Welcome to my blog. The title originates when my primary athletic activity was competitive walking, but now that I am back to running it also includes that.

Not all content is accessible from the main page: for example, the rogaines, racewalking, and ultramarathon pages all include content that is only accessible from those pages.


Ultramarathons are any event longer than the standard marathon distance of 26.2 miles / 42.195km. Standard distances for ultras are 50km, 50 miles, 100km, and 100 miles. There are also 12 hour and 24 hour track runs, and multi-day "stage races".

I have currently (September 2012) completed 30 ultramarathons, plus 1 DNF at about 66km at the Molesworth Run. Reports for most events are provided below.

See also


Rogaining is the sport of long distance cross-country navigation. Events can be as short as 2-3 hours or the standard 24 hours. Teamwork, endurance, competition and an appreciation for the natural environment are features of the sport. Rogaining involves both route planning and navigation between checkpoints using a variety of map types.

GN Phillips and RJ Phillips, Rogaining, 3rd ed, 2000

The two main umbrella organisations for rogaining in New Zealand are: My reports for selected events are provided below.

Hiking and Mountains

The Hiking, Trail Running, and Mountains pages are all inter-related, but with some subtle differences:
  • Hiking is not an organised race, and may include Coastal Adventures, activities in the Mountains, and hiking in other locations;
  • Trail Running covers organised events, some in the mountains, but others on local hills and trails; and
  • The Mountains category covers both events and hiking in various places that can be classed as mountains.

  • Racewalking

    Racewalking only has to meet two technical requirements:
    • no loss of contact, as judged by the human eye; and
    • the leg has to be straight from the moment of first contact until it is upright.
    More detailed rules are here.

    I'm not particularly good at racewalking, often falling foul of the straight leg rule. But I still give it a go and here are the results of my endeavours.


    This blog is primarily about my walking activities, but sometimes I do run. Here are reports for events where I have run.

    Shorter Races

    I classify events as ultramarathons, marathons, rogaines, and "shorter events". So a "shorter event" is just something that is shorter than a marathon and is not a rogaine. Consequently there's a mixed bag in here: running, racewalking, half marathons, 10k and 5k races, , etc.

    Saturday, November 16, 2002


    My first ultra-distance DNF
    The Molesworth Run is 84.7km through Molesworth Station - New Zealand's largest high country cattle station - following the old stock route connecting Marlborough and North Canterbury. The trail is a gravel road, which just happens to be my favourite running surface. However, the route also climbs over two mountain passes - Ward Pass and Jack's Pass - so it is no doddle.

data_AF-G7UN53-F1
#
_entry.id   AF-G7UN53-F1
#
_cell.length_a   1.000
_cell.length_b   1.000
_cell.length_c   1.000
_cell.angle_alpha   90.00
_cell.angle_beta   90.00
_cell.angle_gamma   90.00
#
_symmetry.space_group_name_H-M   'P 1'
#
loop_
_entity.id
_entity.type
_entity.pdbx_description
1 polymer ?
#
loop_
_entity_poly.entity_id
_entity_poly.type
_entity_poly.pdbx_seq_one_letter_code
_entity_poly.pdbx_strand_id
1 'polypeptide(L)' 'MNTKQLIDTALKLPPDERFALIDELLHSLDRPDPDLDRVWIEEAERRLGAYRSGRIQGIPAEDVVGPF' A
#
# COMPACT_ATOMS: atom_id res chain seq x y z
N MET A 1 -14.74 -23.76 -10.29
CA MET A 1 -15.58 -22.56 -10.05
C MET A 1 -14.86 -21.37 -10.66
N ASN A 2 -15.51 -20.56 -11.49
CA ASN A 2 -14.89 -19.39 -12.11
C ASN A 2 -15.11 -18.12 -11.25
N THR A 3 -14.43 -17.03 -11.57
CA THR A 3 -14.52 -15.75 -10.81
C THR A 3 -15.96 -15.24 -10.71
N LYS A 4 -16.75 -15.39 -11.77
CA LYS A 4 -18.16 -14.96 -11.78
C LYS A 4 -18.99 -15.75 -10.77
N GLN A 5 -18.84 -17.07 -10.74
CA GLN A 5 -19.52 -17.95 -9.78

My training for this race included the 68km Marton-Wanganui Ultra 9 weeks before. Weekly mileage was never very high, as I wanted to ensure that I didn't overtrain and get an injury. I was not sure whether I was under-trained, overtrained (given some recent niggles), or just right. Time would tell...

    The Start. From left to right: Ruth, Me, Maree Limpus,
    John Thirkettle, Steve Folster.
    The day started cool but sunny. The wind was a crisp southerly, which was primarily an annoyance because it would be a head wind. There were only four starters for the solo run: John Thirkettle, who had run all of the eight previous Molesworth Runs, winning all except one; Maree Limpus and Steve Folster, neither of whom had run an ultradistance race before; and me. The New Zealand 100km championships were being held on the same weekend and may have lured a couple of other starters away. One of the two-person relay teams also lined up at the start with us; the other two-person teams were starting with the four-person race an hour later. We were treated to the skirl of bagpipes from a lone piper atop a nearby hill, there were a few last words from the race director, and then we were off.

    The first hill arrived about 800m from the start. John very quickly pulled away from the rest of us, starting to open up a lead that would grow ever larger. Everyone except me elected to run the hill, but I wasn't last to the top! For most of the first leg, I was running near Maree and Ruth (from the two-person team). They would pull ahead on the uphills, but I would catch them on the flats. The running on this stage was good: although the gravel road was a little rough in places it still provided a good surface for running; the sun was shining; the breeze was keeping us cool; and there were some amazing sights to keep the mind occupied. One memorable sight from the first 10km was a herd of horses that ran beside us, then crossed the road a few hundred metres ahead. Soon after the 8km mark was the first serious climb, which took us up to the top of Ward's Pass (1145m). My strategy was to conserve energy by walking all hills, but I managed to keep pace with Maree and Ruth who were both running.